guess who came for dinner

A thief entered my mother’s room at the care facility last night. Luckily, she and the other residents were together in the dining room, when a young man entered the building and started to rifle through rooms.

Mum’s was the fourth room that he entered and somehow he triggered an alarm in her room. Two staff members confronted him, but he managed to escape. He was going through Mum’s handbag when discovered. She had nothing of value in her handbag, just some store loyalty cards and about fifteen dollars in cash. My sister has all her important cards.

The police were called, naturally, but Mum was not told about what happened. They phoned my sister and she agreed not to tell Mum as nothing was lost (she probably won’t remember the money) and it is best not to worry her as she has started to really settle in now.

Obviously, the thief knew the routine as he struck when it was meal time aware the staff would be occupied with the residents in the dining room. Heartless to strike at people so vulnerable.

To think Mum lived all those years in her home, the last 12 alone and was never robbed, and here within her first month in a place we considered safer for her, she is a crime victim. The security of the facility has been my main concern since the night Mum wandered out into the street. I know they can’t lock them away, but I do think they should have more secure systems, such as locking the front door. They do at the facility where Mr FD’s Mum is a resident, though most of the ladies there are capable of answering a knock on the door from anyone wishing to enter. Mum’s companions all have walkers and are less mobile so staff would have to answer the door, but I do think it needs to be considered.

Well, no guess about who has gone to the top of the stick list – actually he will be lucky if he only gets the sticking he so richly deserves if I get my hands on him. One day he will be an old person, and I hope bad karma rains down on him!

12 thoughts on “guess who came for dinner

  1. Wow! I would agree that he somehow knew the routine. I keep wondering if he was a former employee….or married to a former employee. I think a lot of health care facilities are relying on a wing and prayer when it comes to security.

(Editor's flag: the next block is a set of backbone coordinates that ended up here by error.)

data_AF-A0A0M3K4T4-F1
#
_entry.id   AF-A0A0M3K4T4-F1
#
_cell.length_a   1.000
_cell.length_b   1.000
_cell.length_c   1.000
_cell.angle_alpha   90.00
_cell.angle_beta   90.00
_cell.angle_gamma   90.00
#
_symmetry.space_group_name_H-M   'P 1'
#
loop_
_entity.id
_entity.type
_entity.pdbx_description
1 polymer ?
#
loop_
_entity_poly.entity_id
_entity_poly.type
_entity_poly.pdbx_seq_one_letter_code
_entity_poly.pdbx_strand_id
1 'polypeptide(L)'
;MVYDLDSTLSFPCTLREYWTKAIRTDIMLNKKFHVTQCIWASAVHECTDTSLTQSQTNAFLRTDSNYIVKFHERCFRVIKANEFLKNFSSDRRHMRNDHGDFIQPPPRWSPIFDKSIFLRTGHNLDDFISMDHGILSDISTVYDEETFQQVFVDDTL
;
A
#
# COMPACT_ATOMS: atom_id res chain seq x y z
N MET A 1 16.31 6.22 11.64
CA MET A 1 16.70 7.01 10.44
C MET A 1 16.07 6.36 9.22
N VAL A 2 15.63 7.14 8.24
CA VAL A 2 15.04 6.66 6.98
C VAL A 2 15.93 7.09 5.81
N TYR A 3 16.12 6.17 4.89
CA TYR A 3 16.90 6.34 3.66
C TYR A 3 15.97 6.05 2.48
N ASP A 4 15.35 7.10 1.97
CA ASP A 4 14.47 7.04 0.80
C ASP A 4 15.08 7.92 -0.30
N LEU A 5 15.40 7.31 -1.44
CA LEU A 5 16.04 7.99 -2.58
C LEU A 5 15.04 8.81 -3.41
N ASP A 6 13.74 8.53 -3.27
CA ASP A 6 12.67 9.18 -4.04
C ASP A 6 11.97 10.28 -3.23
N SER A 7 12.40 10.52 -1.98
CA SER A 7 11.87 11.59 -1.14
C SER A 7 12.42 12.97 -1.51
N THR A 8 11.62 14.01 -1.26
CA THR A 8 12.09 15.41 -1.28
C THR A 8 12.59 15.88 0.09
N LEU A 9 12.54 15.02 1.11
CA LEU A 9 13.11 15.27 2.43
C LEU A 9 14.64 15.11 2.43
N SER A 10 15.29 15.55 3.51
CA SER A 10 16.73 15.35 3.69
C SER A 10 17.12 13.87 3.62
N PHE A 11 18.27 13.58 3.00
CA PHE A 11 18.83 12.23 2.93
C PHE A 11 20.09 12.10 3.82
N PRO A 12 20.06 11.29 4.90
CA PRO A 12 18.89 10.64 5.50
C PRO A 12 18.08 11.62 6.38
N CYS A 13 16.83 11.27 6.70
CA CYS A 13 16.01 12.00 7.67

• I wouldn’t be surprised to hear he was related to someone who worked there, or recently worked there. I guess he was probably after quick cash. The fact that he was found and confronted might deter him from returning… I hope.


  2. Oh you have to be a real lowlife to go after old people, especially in a facility like that. I just hope he’s not involved with someone who is currently working there who told him the routine. I’d think they’d lock the front door at night at least too. I hope there are no more incidents!


    • I don’t want to make an issue but I will be asking questions if they don’t introduce better security measures. It is a small country town and I suspect they have been lulled into a false sense of security but times are more difficult and society is more violent.


  3. Schools and OAP places all have secure entries over here. Buzz and wait for someone in a sealed reception area. This is just plain nasty. They’re only going to have a few quid. Hope he gets his comeuppance.


    • Our schools are open. Visitors are asked to sign in at the admin desk, but in truth anyone can walk onto the campus. As he was sighted by two staff members, hopefully if he is caught they can identify him.


  4. I bet fire codes prevent the locking of any doors. And that the thief was a former employee, or someone close to a current employee, who knows the building and routines.


    • Some of the residents are independent enough to go for walks so I suppose the doors are open for them, but they need to rethink their open door policy and soon! I have a feeling that it is someone who knew the place too.


  5. The nursing home my mother was in had an electronic lock. You had to enter a code to get the door open. The code was 1 2 3, and was posted right next to the door for everyone to see.

    On one hand, that seemed silly because everyone could come and go as they pleased at all hours. On the other hand, you would be surprised at the number of residents – especially those with dementia – who could not figure out how to open the door, so it was effective in that way.


    • Mum struggles to open an ordinary door these days, and can’t dial a phone anymore, so a door code would keep her inside. I think it would be a great idea for anyone who is independent enough to go out solo would be able to use a code.


  6. Where dad was you needed a code to get past reception and a code to get in the front door after hours, maybe you should suggest it. Although of course if it was an employee or friend of one they could get it easily enough.


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